We appreciate the importance of preserving the natural environmental quality of the March Highlands. In addition to the 30% of land to be preserved with the right to develop 43 acres of land in the Special Study Area east of Terry Fox Drive, we also propose to reserve 110 acres of environmentally significant lands northwest of the Terry Fox Drive alignment for acquisition by the City. These lands include the spectacular Hazeldean Ridge that is part of the pre-Cambrian shield with its pockets of old growth trees and the head waters of Shirley's Brook on both sides of the railway tracks. These lands in public ownership would make a significant addition to the adjoining 604 acre City owned natural parkland.
With City ownership of the NEA lands on both sides of Terry Fox Drive, a significant passageway structure can now be designed and strategically positioned to provide not only the vital connectivity your experts have requested for fauna and wildlife and watercourses but also to serve the Kanata communities for their recreational usage and safe passage under the 4 to 6 lanes of Terry Fox Drive. It would become the prime community recreational access to the the City parkland to the north.
We believe that this proposal represents a win-win solution for the City, the community and the landowners. We propose that 43 acres of our land east of Terry Fox Drive as outlined on the attached plan would be designated as General Urban Area. A 20 acre parcel of our land east of Terry Fox Drive and north of those lands proposed to be designated General Urban Area would be designated Natural Environment Area and dedicated to the City. In addition, the 110 acre parcel of land north identified west of Terry Fox Drive would be preserved as Natural Environment Area and reserved for acquisition by the City. The remainder of our lands west of Terry Fox Drive and north of Huntmar Road would be designated General Rural Area.
As discussed at our meeting of April 28, 2004 you are prepared to include our proposal in your report to Planning and Environment Committee for consideration. We would also like to have the opportunity to present this proposal at the public meeting in June. We have met with Councillor Peggy Feltmate and a number of the leaders in the Kanata communities and they are aware of our proposal.
We would be pleased to discuss our letter with you in more detail and we look forward to your positive response in the staff report to Committee and Council.
Edward A. Balys, P Eng
Mr. Ed Balys
Balys & Associates Inc.
2210 Marchhurst Road
Dear Mr. Balys:
Comments on Natural Environment Features and Proposed Land Use
Following our recent discussions and field surveys, this letter provides a review of the approximately twenty-five hectare portion of the Kanata Highlands property between the future Terry Fox Drive and the First Line Road allowance. The emphasis in this review is on the proposed land use that will see the south and southwest portion of the twenty-five hectares (approximately seventeen hectares) used for residential development, with the balance to the north to be retained in its existing condition (referred to as ‘parkland’).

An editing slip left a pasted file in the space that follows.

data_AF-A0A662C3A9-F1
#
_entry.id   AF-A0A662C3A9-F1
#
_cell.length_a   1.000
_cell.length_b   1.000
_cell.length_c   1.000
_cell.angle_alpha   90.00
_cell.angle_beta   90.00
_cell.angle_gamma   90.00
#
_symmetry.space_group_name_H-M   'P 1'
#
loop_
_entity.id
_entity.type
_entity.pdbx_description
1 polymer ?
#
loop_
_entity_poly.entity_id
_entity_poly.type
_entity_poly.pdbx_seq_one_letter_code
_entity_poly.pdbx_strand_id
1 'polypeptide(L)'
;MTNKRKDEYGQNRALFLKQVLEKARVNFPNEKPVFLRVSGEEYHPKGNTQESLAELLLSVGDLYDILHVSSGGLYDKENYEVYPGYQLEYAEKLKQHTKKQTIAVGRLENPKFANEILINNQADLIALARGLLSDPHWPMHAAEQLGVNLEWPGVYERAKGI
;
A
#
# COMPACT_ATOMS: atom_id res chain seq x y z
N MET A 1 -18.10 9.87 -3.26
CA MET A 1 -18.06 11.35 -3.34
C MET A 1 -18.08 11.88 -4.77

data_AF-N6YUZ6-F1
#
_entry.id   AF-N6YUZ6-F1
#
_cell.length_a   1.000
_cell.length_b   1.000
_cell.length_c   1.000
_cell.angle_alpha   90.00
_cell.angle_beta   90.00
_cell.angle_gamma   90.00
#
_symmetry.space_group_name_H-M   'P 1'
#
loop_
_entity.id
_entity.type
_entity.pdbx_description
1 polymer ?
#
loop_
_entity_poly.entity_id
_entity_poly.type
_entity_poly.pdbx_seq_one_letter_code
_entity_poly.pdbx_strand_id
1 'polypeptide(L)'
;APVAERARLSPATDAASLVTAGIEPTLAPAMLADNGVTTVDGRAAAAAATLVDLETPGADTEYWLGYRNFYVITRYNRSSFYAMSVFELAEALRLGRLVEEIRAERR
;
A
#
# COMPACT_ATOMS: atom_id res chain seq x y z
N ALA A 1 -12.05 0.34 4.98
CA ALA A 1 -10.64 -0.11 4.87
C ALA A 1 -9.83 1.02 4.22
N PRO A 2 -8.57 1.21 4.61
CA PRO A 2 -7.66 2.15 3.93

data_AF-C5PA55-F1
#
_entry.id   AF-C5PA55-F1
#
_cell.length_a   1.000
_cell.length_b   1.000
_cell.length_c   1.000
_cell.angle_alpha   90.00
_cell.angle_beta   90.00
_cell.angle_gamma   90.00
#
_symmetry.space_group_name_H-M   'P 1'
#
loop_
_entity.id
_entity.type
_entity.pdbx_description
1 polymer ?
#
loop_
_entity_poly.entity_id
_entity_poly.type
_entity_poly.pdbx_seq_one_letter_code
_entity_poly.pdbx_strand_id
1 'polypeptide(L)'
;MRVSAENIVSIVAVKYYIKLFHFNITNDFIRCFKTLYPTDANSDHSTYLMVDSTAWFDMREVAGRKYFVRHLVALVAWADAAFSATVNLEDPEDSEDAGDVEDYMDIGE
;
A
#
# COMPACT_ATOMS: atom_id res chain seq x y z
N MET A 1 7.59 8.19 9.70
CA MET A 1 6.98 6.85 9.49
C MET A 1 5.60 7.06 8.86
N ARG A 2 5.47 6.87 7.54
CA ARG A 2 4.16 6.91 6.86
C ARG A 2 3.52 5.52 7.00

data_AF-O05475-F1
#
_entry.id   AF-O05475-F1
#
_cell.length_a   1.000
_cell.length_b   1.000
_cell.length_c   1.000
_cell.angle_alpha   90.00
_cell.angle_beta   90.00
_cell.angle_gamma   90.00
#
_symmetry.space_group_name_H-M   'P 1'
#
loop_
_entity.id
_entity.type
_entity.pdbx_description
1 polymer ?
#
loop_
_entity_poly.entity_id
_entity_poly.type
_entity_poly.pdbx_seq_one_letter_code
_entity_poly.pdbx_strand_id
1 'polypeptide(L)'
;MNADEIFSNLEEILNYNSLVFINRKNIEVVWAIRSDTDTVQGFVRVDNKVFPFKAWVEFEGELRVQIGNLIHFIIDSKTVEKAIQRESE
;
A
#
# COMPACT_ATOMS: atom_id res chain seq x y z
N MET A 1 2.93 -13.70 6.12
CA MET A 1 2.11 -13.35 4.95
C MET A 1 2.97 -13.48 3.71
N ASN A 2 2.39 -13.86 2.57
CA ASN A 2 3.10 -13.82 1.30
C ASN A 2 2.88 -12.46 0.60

The south and central portions of the lands between the future Terry Fox Drive and the First Line Road allowance are dominated by a dry-fresh sugar maple deciduous forest intermixed with bedrock outcroppings, with cultural meadows and thickets in the central-west part of the site. Shirley’s Brook, and associated thicket and deciduous swamp wetlands, are in the northeast corner of the site where Terry Fox Drive approaches the First Line Road allowance.
American beech, red maple, red oak, basswood and ironwood are also well represented in the sugar maple forest. There are scattered deciduous trees, primarily sugar maple, up to 60cm diameter at breast height (dbh), but the majority of trees are less than 20cm dbh. The understorey growth is modest, with regenerating maple stems common. There are minimal recent disturbances to the forest as ice storm damage was minimal and the trail network was confined. Historical disturbances included extensive logging and pasturing, with these disturbances more pronounced in the south portion of the site. The dry-fresh sugar maple deciduous forest ecosites are heavily managed, grazed or disturbed sites that tend to be relatively lacking in shrub and understorey vegetation (Lee et al., 1998).
The larger trees are more common in the north portion of the deciduous forest and the largest trees observed on the site, red oaks and white pines, in the range of 100cm dbh, will be removed as part of the Terry Fox Drive construction.